A week or so after my mother died, I flew home. From the moment I got off the plane, I found myself getting angry. As I waited for my husband to collect me, I fumed at all the cars illegally parked in the pick-up area, with drivers absent, despite the signs around declaring that drivers must stay with their cars. I could easily have got into a confrontation with people, if they’d dared to come near me. If you knew me, you’d know how out of character this was.
I grew up in a family where anger wasn’t really seen as a legitimate emotion, certainly not for children. We were always taught to not only treat others like we would like them to treat us, but to treat them better, and put others first. My wants and needs frequently came second, or didn’t register at all. (This makes it sound as if I was harshly treated - I wasn’t at all, and had a happy childhood). Anger was considered to be selfish, and selfishness was just not acceptable. Add to that the fact that I’m the middle child, and naturally a mediator, and you can begin to understand me.
Anger was never an emotion I was familiar with, or comfortable with, expressing. If I felt it, it turned inwards. Angry tears are something I feared, especially at work, when I was in a male-dominated environment, and being a woman was hard enough. Standing up for myself is something I have gradually learned, but I know I need to do it only when I feel secure and confident, not angry.
When I went through my losses, failed IVFs, and learning to accept my No Kidding life, I never really felt anger. I kept it quashed, both consciously (the one time I remember it coming out) and perhaps unconsciously. Instead, over the the next years, dealt with the sadness, the guilt, the shame, the despair, and eventually the healing, without ever really dealing with anger. I realised that anger would be pointless. There was no one to be angry at, after all. So I didn’t feel that I had missed out on something.
But since my mother’s death, it has been coming out. We (my sisters and I) were angry at the way she was treated. Maybe that’s what set me off – a legitimate anger on behalf of my mother. Now, though, I know I'm feeling anger on my behalf, not hers. Have the floodgates opened? Maybe. To be honest, it has felt quite liberating, in some ways. Because I think for years I have wondered why I don’t feel free to display anger. Why not? Am I not allowed to feel anger? Is my anger somehow not as legitimate as others’? Is it a feminist issue, that women feel we have to hide our anger? In societal terms, and particularly in career terms, women are damned if we do – too passive – and we’re damned if we don’t – too aggressive. I’ve seen too many excellent women suffer career-wise because of this double standard. (Now that really makes me angry!) Why doesn’t our anger ever seem to count? Why is it okay for other people to express anger, but not me? Isn’t my anger as important as everyone else’s?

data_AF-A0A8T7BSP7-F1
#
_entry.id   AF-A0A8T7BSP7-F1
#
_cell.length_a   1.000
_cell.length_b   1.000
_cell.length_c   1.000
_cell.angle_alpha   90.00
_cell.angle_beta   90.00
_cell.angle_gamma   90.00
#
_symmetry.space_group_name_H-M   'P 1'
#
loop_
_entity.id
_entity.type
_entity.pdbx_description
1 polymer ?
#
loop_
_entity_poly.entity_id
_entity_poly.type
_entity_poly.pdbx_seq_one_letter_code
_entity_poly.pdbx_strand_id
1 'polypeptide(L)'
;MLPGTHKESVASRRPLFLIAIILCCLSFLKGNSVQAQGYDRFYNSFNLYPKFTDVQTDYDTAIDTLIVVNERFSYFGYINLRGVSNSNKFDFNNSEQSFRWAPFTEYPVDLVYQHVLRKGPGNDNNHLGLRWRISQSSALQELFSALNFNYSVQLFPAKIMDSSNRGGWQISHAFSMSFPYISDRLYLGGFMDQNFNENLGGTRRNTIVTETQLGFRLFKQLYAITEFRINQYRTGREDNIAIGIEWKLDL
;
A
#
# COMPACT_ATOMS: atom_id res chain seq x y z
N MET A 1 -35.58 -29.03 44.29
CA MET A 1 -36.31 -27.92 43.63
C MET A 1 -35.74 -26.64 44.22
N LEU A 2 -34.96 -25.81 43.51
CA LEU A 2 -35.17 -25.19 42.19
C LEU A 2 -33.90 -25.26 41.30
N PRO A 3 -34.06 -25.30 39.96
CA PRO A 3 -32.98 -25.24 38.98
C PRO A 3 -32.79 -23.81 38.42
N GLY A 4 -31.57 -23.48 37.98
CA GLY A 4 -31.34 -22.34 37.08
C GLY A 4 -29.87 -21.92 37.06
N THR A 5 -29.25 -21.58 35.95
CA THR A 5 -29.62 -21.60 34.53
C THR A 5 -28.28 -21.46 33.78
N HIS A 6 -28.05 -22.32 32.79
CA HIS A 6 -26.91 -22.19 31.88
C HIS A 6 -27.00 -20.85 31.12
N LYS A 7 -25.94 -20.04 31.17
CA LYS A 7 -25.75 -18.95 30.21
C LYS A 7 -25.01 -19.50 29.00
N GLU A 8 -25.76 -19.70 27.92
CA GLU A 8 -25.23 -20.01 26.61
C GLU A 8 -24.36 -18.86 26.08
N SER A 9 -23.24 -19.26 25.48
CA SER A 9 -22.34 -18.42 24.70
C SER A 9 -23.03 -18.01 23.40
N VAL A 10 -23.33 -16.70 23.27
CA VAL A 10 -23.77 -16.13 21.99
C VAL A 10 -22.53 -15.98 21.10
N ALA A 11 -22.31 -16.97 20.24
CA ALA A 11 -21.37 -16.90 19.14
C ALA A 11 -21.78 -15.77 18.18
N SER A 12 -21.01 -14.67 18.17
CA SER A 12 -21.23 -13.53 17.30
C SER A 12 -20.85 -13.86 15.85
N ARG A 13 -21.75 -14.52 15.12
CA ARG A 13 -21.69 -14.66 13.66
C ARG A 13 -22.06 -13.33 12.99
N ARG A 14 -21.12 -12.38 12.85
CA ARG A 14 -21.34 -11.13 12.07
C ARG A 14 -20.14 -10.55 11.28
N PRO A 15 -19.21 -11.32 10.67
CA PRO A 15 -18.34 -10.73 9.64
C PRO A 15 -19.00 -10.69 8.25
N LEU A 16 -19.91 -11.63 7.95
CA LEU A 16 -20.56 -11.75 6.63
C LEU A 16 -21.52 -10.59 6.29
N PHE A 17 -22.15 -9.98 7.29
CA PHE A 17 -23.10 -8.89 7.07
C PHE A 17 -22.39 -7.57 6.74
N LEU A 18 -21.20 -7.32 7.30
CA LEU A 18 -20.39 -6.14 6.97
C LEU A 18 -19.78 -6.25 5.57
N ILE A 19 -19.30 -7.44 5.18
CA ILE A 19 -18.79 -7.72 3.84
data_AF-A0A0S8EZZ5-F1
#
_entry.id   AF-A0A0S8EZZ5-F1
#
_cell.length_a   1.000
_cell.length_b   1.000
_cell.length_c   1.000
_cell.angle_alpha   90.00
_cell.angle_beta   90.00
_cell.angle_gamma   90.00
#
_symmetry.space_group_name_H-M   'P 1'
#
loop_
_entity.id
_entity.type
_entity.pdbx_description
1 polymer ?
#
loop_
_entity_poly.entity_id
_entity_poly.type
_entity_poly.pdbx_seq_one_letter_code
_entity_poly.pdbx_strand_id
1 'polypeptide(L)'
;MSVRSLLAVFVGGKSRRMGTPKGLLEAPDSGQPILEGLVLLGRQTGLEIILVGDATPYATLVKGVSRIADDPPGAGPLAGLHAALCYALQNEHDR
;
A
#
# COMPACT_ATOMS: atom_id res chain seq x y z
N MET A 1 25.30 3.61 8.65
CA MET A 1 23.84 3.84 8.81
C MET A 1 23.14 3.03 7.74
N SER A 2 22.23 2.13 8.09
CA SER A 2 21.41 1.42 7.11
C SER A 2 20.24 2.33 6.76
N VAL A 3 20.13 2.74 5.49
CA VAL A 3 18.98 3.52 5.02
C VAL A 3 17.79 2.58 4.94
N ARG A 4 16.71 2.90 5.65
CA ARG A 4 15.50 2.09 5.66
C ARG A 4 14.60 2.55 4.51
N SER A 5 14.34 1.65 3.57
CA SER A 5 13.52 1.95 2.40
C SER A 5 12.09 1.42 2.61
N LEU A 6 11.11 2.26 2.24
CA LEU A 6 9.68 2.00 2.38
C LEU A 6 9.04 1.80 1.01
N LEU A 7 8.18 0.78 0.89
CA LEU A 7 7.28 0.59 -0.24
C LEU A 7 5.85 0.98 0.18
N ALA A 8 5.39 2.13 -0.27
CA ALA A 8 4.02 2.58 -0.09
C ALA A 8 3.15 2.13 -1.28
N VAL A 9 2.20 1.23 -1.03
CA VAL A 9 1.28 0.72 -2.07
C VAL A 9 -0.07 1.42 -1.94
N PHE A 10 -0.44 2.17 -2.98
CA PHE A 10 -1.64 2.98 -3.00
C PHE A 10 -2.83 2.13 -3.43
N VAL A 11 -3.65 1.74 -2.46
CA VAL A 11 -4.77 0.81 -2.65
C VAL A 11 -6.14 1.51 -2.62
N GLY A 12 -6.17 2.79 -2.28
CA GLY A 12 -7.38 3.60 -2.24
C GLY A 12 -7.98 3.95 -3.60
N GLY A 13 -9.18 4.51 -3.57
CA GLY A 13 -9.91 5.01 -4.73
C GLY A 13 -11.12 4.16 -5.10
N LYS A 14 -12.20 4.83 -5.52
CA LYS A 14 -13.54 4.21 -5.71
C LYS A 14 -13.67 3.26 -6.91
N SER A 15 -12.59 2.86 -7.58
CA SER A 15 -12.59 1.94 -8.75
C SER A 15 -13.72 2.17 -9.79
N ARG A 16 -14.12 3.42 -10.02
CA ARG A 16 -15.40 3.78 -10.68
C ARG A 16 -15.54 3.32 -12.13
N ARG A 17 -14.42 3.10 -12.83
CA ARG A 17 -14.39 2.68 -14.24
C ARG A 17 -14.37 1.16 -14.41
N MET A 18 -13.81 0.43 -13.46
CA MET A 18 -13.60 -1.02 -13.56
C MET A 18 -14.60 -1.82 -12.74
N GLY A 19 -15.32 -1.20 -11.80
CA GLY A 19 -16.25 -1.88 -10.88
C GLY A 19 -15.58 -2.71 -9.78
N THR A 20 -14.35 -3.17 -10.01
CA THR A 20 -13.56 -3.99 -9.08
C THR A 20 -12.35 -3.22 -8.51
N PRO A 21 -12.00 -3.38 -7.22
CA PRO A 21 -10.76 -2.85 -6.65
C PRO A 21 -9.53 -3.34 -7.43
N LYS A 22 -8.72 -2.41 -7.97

Don’t worry, I’m not turning into the Hulk. What I think is expressing anger is probably what other people view as normal self-defence! I’m still a relatively polite diplomat, after all. But I’m tired of being the soft touch, the always amenable <Mali>. I’m tired of feeling ignored, fitting my life around others. Part of that probably comes back to being without children, feeling ignored and isolated, judged and pitied. How many times have I heard someone in this community say that they felt terrible because they wanted to put their feelings first, ahead of a pregnant or new parent sibling? I think that being childless has accentuated this feeling that for some reason my life, my concerns, my issues, rarely feel legitimate or acknowledged. Or maybe everyone feels that way?
I’ve written so often here that my life, our no kidding lives, are just as important, just as valid. Anger is an emotion like any others, neither good not bad, and – as Cristy says – we should allow ourselves to feel it, to acknowledge it is there. When I realised I was angry, when I recognised the emotion, and connected to why I felt it, it began to dissipate. Showing anger, of course, is a different matter, and there are ways to express it healthily, and times and places when we should hold back. I think I’ve got a handle on that. After all, I’ve had years of practice!
I think maybe I’m going to come to terms with anger, make friends with it, and learn to understand it, in the same way I've done sadness and grief. Doing that can't be a bad thing.